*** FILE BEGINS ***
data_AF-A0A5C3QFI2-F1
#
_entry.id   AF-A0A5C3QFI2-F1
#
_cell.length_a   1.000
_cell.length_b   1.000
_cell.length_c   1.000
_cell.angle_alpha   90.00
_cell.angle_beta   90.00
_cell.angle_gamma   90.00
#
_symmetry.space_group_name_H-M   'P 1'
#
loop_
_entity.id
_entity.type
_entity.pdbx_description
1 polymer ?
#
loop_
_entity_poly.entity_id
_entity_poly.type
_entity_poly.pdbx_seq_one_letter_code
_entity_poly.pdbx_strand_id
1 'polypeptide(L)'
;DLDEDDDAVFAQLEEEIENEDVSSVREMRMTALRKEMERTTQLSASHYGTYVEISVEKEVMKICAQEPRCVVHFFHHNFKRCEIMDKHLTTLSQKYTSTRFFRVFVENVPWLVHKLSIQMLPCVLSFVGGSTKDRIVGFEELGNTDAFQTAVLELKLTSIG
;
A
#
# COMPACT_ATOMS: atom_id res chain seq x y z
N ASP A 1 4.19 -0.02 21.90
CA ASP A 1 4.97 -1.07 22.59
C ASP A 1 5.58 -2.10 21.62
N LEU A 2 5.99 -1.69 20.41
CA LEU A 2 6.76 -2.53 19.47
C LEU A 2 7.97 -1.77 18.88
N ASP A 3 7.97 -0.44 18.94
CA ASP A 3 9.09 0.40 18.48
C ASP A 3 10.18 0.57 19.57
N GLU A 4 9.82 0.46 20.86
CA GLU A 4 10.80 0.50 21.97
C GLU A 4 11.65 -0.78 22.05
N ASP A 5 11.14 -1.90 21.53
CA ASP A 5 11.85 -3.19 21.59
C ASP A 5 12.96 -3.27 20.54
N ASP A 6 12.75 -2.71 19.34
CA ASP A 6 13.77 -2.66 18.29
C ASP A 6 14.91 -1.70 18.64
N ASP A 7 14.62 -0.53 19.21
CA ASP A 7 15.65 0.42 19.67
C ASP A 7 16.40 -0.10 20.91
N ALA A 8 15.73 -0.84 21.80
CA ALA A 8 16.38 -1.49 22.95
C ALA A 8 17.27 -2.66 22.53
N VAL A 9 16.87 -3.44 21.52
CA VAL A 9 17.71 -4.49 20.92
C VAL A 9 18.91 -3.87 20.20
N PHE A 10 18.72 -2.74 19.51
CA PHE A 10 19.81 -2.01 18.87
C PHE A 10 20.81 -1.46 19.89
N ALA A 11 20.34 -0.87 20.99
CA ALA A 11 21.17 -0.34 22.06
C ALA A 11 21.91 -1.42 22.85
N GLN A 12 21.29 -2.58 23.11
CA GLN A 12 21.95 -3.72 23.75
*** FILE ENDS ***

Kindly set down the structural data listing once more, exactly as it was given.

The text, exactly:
data_AF-A0A5C3QFI2-F1
#
_entry.id   AF-A0A5C3QFI2-F1
#
_cell.length_a   1.000
_cell.length_b   1.000
_cell.length_c   1.000
_cell.angle_alpha   90.00
_cell.angle_beta   90.00
_cell.angle_gamma   90.00
#
_symmetry.space_group_name_H-M   'P 1'
#
loop_
_entity.id
_entity.type
_entity.pdbx_description
1 polymer ?
#
loop_
_entity_poly.entity_id
_entity_poly.type
_entity_poly.pdbx_seq_one_letter_code
_entity_poly.pdbx_strand_id
1 'polypeptide(L)'
;DLDEDDDAVFAQLEEEIENEDVSSVREMRMTALRKEMERTTQLSASHYGTYVEISVEKEVMKICAQEPRCVVHFFHHNFKRCEIMDKHLTTLSQKYTSTRFFRVFVENVPWLVHKLSIQMLPCVLSFVGGSTKDRIVGFEELGNTDAFQTAVLELKLTSIG
;
A
#
# COMPACT_ATOMS: atom_id res chain seq x y z
N ASP A 1 4.19 -0.02 21.90
CA ASP A 1 4.97 -1.07 22.59
C ASP A 1 5.58 -2.10 21.62
N LEU A 2 5.99 -1.69 20.41
CA LEU A 2 6.76 -2.53 19.47
C LEU A 2 7.97 -1.77 18.88
N ASP A 3 7.97 -0.44 18.94
CA ASP A 3 9.09 0.40 18.48
C ASP A 3 10.18 0.57 19.57
N GLU A 4 9.82 0.46 20.86
CA GLU A 4 10.80 0.50 21.97
C GLU A 4 11.65 -0.78 22.05
N ASP A 5 11.14 -1.90 21.53
CA ASP A 5 11.85 -3.19 21.59
C ASP A 5 12.96 -3.27 20.54
N ASP A 6 12.75 -2.71 19.34
CA ASP A 6 13.77 -2.66 18.29
C ASP A 6 14.91 -1.70 18.64
N ASP A 7 14.62 -0.53 19.21
CA ASP A 7 15.65 0.42 19.67
C ASP A 7 16.40 -0.10 20.91
N ALA A 8 15.73 -0.84 21.80
CA ALA A 8 16.38 -1.49 22.95
C ALA A 8 17.27 -2.66 22.53
N VAL A 9 16.87 -3.44 21.52
CA VAL A 9 17.71 -4.49 20.92
C VAL A 9 18.91 -3.87 20.20
N PHE A 10 18.72 -2.74 19.51
CA PHE A 10 19.81 -2.01 18.87
C PHE A 10 20.81 -1.46 19.89
N ALA A 11 20.34 -0.87 20.99
CA ALA A 11 21.17 -0.34 22.06
C ALA A 11 21.91 -1.42 22.85
N GLN A 12 21.29 -2.58 23.11
CA GLN A 12 21.95 -3.72 23.75